In the tables that accompany this report, we provide information on U.S. weapons sales and military aid to 25 nations where conflict remains active. We have adapted the Project Ploughshares list of conflicts, excluding Sri Lanka and Serbia/Kosovo because conflicts there are coming to an end. Additionally, Project Ploughshares defines the Israel/Palestine conflict as an interstate conflict between Israel and Lebanon, while we define it as an intrastate conflict. TABLE II has detailed data on U.S. weapons sales to these conflict nations.
The vast majority of countries involved in major-armed conflicts in 2003 received some military aid, training or weapons from the United States in the last ten years. In this report, we profile 12 countries involved in (or recovering from) major armed conflict which are top recipients of U.S. military aid and weapons sales. Additionally, we profile Georgia and Uzbekistan, which are not considered conflict countries, but are included because they have received large increases in FMF/military aid since the beginning of the Global War on Terror.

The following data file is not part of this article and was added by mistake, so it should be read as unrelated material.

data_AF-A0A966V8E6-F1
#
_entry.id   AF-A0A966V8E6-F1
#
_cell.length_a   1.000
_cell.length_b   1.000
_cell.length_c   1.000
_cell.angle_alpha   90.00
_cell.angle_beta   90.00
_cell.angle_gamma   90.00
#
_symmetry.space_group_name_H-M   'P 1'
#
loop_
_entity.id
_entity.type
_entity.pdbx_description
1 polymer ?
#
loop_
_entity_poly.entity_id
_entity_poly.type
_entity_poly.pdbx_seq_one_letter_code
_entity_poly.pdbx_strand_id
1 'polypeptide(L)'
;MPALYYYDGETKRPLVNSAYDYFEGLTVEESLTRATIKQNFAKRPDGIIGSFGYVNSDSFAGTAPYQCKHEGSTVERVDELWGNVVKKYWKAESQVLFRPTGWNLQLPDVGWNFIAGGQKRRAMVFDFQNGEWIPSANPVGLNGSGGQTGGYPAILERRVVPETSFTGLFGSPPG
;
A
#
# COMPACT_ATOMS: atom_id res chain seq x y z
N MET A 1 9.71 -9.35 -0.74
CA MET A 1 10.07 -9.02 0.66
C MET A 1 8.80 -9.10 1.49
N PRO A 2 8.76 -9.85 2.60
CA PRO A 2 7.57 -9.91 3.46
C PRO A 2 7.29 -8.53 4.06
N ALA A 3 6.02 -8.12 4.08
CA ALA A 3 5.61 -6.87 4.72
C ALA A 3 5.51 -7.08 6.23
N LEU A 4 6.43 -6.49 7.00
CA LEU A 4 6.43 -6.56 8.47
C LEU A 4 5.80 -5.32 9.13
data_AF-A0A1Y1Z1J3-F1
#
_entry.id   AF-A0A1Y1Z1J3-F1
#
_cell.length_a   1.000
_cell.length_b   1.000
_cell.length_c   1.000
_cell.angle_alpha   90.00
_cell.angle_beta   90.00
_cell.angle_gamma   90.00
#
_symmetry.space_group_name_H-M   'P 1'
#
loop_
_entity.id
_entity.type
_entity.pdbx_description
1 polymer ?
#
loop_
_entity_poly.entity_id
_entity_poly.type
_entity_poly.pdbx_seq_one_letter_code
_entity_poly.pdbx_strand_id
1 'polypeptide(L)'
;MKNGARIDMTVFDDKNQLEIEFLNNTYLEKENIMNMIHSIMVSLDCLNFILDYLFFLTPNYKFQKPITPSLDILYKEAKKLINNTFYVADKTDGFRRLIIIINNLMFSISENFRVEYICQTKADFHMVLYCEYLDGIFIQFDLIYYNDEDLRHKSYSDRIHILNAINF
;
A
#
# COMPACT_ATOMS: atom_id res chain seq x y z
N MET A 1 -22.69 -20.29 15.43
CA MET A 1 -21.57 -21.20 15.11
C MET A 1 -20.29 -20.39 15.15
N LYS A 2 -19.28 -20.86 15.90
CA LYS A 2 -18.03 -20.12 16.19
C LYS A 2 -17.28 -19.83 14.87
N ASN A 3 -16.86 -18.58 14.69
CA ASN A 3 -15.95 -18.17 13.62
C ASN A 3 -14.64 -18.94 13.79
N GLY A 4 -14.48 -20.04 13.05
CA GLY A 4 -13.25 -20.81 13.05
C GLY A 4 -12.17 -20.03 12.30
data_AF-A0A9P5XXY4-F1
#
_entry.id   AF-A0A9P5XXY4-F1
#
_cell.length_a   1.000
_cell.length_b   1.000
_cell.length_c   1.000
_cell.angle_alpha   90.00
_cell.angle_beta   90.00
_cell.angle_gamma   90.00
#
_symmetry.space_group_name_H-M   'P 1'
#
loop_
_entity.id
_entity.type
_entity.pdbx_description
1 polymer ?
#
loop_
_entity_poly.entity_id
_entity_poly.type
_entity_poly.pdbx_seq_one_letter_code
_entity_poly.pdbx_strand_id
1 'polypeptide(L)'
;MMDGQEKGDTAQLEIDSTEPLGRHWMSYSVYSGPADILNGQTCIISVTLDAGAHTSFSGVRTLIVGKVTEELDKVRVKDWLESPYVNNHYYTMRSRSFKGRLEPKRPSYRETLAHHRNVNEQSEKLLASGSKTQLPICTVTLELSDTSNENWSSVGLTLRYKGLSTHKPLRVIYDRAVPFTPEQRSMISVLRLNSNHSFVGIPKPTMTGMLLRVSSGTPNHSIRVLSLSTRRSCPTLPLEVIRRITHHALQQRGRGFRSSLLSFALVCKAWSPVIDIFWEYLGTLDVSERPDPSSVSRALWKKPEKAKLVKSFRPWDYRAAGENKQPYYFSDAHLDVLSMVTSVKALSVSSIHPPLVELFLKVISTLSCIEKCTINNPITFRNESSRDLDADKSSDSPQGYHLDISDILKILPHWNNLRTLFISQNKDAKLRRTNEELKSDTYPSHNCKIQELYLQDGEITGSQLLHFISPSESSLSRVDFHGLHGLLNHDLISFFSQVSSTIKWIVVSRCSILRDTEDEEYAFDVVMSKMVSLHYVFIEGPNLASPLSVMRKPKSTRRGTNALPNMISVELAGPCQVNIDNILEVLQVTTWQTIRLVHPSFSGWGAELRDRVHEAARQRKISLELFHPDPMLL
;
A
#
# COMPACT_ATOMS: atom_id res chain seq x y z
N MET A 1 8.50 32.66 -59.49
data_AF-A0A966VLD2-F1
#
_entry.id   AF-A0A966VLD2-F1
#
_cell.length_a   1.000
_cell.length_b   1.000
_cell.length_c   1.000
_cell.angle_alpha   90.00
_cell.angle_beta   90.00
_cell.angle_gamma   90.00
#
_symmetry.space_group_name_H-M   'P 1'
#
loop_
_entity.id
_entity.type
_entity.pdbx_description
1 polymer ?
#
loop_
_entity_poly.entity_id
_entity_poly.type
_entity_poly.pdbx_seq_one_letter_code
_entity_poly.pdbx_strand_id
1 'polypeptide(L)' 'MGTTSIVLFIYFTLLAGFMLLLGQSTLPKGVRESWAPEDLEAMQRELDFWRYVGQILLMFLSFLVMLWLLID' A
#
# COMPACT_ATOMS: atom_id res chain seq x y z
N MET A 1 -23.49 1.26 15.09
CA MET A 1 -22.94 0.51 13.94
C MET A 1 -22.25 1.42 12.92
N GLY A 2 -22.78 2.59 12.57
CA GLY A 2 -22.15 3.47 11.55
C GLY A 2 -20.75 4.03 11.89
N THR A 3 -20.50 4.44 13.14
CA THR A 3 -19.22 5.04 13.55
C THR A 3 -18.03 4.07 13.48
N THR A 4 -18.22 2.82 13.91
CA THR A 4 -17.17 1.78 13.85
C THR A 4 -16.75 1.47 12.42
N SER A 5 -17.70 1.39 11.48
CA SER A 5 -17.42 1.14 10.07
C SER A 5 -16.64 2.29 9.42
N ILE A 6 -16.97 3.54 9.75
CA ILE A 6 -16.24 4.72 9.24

A Closer Look
The United States transferred defense articles to 18 of the 25 countries involved in active conflict during 2003, the last year for which full data is available. In 20 of the nations in conflict in 2003, the United States supplied weaponry some time in the last decade.
In all, the United States transferred $970.5 million in weaponry and related hardware to nations in conflict during 2003. And in the last decade, between 1994 and 2003, the United States transferred a total of more than $8.7 billion worth of military machinery and services to these countries.